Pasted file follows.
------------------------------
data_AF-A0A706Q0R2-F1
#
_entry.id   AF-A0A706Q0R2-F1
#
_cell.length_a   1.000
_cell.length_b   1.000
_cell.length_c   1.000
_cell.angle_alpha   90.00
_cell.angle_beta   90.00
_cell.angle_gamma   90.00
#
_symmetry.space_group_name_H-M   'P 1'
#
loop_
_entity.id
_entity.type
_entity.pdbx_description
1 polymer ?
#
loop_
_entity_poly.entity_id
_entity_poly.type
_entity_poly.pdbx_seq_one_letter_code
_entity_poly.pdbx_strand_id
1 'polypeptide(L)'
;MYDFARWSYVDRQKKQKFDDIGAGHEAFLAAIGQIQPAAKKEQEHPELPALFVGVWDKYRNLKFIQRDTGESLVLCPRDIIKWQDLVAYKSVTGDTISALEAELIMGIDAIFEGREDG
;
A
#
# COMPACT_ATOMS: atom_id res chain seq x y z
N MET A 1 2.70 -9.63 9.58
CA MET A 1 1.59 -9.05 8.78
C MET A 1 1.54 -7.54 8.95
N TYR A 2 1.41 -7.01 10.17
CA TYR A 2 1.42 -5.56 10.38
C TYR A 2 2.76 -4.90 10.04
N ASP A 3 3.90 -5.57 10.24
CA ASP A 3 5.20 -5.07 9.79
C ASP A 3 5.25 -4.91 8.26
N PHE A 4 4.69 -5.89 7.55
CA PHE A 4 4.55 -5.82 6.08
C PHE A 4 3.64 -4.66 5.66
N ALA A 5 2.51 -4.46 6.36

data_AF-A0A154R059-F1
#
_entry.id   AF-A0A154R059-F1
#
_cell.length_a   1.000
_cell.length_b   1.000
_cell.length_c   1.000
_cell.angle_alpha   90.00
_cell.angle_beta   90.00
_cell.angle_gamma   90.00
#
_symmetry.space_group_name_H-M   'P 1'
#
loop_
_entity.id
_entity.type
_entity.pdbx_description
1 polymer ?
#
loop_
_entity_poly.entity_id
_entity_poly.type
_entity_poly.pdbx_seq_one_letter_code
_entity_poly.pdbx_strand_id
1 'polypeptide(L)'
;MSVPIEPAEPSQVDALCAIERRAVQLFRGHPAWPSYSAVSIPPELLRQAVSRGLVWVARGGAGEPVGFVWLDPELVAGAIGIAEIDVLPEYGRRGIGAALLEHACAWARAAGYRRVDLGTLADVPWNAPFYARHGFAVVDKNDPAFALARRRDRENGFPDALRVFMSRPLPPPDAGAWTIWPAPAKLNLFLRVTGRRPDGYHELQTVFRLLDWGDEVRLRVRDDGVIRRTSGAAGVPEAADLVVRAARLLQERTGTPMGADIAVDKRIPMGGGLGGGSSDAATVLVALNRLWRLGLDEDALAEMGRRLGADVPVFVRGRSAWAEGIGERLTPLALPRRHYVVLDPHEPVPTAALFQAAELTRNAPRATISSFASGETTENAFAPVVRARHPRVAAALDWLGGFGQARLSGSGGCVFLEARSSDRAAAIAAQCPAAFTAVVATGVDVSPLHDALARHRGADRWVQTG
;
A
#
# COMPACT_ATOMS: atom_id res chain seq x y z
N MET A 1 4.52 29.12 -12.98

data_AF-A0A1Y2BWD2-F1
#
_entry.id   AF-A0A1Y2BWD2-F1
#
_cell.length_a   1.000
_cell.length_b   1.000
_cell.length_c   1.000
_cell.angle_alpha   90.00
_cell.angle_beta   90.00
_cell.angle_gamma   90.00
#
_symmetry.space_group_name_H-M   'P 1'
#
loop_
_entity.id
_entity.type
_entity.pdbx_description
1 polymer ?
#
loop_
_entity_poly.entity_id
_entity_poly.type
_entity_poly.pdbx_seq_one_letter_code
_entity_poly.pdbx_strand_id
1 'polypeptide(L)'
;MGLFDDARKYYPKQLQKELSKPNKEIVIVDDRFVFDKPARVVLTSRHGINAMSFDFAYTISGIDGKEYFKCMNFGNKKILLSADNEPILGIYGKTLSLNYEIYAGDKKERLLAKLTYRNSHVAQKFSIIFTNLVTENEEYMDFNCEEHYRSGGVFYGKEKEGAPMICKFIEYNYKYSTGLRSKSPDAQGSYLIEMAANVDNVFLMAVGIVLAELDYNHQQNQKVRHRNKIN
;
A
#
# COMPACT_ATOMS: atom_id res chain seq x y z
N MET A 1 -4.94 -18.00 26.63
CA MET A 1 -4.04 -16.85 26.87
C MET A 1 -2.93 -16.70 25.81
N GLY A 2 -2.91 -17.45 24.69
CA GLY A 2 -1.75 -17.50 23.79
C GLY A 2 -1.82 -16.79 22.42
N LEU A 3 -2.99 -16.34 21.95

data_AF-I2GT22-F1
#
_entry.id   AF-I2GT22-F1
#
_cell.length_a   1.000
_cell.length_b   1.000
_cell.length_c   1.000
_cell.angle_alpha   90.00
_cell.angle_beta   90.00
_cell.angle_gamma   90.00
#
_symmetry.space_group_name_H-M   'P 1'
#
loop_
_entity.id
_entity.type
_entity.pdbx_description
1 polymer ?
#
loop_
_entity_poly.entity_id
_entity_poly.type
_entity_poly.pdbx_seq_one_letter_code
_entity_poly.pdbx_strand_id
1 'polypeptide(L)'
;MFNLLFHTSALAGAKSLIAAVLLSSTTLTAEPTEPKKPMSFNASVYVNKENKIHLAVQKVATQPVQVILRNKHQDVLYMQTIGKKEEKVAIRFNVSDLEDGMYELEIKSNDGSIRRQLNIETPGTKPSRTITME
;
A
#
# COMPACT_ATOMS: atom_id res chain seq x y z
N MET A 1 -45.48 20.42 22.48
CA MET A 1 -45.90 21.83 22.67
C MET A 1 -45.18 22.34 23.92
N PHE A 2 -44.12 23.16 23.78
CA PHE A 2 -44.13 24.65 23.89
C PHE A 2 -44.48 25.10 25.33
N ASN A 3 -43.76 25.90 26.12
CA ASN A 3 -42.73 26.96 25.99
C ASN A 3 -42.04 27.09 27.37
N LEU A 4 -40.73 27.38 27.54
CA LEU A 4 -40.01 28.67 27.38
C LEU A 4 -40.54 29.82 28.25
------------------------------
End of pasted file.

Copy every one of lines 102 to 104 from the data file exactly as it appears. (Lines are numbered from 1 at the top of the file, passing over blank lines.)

A
#
# COMPACT_ATOMS: atom_id res chain seq x y z